With increases in effect for both the carbon levy and minimum wage in 2018, many Albertans are feeling the impact on their pocketbooks – particularly small business owners.
According to a press release issued by the province, the carbon levy has increased to $30 per tonne of carbon dioxide emissions, compared to $20 in 2017. The revenue collected through this levy will be invested into environmentally-friendly projects, including renewable energy and green infrastructure.
“In 2017, funds from the Climate Leadership Plan were used to protect and improve the things that make a difference in the lives of Albertans, including badly needed LRT lines in both Calgary and Edmonton,” the press release stated. “Both projects will create thousands of jobs, reduce emissions and keep Albertans moving.”
However, many small business owners are wondering how they will recover the additional expense – especially with minimum wage increasing to $15 by October. According to Marwan Sleiman, owner of Xtreme Donair in Airdrie, operating costs have “skyrocketed” in the last few years.
“Nothing is cheap nowadays,” he said. “People think you’re gouging them, but you’re not – I just have to cover my costs.”
Not only is Sleiman spending more on wages and deductions, he said his costs for meat and produce have increased significantly – more than doubled in just three years, he estimated. To accommodate these rising operating costs, he said he’s had to charge more for the items on his menu.
“I’ve also been working more hours than I ever have,” Sleiman said. “You’d think that after 14 years in business, I could afford to hire more staff and take a little more time to spend with my own family, but that’s not going to happen.”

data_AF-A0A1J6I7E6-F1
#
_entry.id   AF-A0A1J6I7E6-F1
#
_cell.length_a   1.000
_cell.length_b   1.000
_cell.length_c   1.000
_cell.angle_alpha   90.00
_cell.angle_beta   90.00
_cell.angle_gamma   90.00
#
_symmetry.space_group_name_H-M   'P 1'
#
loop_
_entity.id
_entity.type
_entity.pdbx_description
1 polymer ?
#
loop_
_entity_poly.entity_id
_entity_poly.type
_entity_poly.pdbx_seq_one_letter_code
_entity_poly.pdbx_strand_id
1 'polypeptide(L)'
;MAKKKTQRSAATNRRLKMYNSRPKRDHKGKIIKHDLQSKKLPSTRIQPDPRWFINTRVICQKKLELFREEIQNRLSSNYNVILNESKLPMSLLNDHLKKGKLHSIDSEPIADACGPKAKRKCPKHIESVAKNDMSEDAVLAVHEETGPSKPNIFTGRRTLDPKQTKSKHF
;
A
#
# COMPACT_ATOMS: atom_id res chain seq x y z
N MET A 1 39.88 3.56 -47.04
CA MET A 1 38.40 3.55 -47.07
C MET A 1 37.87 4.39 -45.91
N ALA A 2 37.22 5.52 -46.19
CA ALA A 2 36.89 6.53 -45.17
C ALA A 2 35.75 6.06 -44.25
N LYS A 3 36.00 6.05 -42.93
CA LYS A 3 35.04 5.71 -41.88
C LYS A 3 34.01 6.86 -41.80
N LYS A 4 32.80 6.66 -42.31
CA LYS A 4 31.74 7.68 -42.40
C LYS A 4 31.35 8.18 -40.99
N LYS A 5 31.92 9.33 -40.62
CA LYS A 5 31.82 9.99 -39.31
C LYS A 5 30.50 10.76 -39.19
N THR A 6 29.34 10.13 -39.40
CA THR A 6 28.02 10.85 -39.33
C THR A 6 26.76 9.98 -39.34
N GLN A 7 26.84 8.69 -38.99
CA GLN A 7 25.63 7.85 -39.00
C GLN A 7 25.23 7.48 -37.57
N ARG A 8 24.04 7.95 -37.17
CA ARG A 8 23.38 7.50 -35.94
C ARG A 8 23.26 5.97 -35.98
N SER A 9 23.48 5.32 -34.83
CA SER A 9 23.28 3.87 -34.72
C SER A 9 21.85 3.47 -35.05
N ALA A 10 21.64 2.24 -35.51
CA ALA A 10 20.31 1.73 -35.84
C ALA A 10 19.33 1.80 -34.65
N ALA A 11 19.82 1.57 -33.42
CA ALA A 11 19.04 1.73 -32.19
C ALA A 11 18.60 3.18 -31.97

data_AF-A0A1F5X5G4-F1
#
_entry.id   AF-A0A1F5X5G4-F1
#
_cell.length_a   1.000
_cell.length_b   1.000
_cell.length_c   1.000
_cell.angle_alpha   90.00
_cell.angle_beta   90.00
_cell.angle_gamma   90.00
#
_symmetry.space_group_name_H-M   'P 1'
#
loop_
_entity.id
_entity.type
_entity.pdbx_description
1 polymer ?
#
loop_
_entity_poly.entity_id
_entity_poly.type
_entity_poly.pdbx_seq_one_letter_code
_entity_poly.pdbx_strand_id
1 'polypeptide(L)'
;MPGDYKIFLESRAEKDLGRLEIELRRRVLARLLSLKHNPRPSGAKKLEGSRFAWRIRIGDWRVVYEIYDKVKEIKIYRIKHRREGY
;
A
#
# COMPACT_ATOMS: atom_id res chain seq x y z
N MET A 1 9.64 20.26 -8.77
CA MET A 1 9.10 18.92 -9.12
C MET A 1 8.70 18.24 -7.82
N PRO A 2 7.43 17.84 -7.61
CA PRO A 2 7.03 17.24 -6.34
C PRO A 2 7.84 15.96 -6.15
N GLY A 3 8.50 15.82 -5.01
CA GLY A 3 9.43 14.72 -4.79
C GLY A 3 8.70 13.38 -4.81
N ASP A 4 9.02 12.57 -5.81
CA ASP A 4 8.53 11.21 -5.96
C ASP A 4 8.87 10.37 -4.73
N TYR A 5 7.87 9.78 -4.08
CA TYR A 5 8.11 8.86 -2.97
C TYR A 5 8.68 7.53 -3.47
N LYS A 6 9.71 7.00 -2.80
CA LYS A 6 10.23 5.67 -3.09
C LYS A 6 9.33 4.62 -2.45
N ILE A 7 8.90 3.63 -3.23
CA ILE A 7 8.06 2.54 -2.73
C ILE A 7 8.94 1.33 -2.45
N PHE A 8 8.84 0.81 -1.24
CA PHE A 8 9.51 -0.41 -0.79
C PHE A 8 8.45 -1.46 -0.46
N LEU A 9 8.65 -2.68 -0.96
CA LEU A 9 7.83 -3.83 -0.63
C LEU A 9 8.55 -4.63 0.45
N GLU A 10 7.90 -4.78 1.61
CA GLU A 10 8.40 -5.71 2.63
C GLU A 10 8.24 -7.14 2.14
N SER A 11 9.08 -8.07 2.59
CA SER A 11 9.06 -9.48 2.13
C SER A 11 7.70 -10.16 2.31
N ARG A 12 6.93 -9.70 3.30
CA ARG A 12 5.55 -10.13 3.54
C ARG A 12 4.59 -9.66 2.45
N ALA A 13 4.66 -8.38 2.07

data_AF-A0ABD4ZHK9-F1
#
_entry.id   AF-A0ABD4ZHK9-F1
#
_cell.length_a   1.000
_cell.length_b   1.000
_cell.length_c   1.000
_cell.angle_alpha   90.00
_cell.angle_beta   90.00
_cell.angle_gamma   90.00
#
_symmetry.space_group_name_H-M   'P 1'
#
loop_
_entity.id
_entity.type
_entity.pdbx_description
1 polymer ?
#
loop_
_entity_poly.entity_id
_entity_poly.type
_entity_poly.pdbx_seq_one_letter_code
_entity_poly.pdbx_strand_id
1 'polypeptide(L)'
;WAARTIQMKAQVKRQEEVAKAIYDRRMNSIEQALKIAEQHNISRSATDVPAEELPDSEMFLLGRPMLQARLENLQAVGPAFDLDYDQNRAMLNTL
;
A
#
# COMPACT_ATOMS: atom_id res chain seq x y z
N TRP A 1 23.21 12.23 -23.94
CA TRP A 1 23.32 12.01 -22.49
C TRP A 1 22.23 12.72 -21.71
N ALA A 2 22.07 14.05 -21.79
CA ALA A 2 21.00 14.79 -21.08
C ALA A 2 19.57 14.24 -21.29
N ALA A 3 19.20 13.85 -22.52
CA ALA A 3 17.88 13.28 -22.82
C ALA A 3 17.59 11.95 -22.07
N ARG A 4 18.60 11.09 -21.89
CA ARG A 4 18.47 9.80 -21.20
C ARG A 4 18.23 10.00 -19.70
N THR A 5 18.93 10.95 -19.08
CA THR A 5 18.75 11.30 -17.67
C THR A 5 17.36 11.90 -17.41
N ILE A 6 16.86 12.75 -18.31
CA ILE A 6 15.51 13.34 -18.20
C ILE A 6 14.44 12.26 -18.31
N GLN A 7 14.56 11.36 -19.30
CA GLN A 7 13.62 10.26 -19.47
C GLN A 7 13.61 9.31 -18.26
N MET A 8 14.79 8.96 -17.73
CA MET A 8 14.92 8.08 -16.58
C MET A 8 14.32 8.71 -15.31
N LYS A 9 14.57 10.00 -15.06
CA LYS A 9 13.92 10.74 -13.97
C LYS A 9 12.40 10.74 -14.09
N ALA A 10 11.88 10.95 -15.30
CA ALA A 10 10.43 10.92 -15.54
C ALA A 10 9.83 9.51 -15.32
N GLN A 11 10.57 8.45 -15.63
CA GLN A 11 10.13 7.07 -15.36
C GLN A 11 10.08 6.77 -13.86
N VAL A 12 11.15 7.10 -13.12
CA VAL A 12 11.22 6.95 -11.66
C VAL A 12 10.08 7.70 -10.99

It has also impacted the way Sleiman staffs his restaurant. A few years ago, he said he employed four full-time staff members as well as four additional part-time employees – many of whom were still in high school. Currently, he has just four employees total – and he said he’s “more particular” about who he hires.
“It’s financially impossible for me to hire that many people at that wage, especially full time,” he said. “And when you’re paying someone that much, you need to be able to rely on them a little bit more.”
According to the province’s press release, 60 per cent of households in Alberta will see a carbon levy rebate averaging between $300 to $540. This rebate is automatically applied to income taxes filed for 2016 and later, and is non-taxable and refundable – Albertans will receive it even if they pay no provincial income taxes.
Still, Sleiman said all residents will be impacted by how these increases will affect small businesses.
“We’ll all have to raise our prices to compensate, so the wage increase won’t actually buy you anything more,” he said.
“There has to be a break for a business owner – or you’re going to see a lot more businesses shutting down. It’s impacting everybody, and it’s not helping the cause.”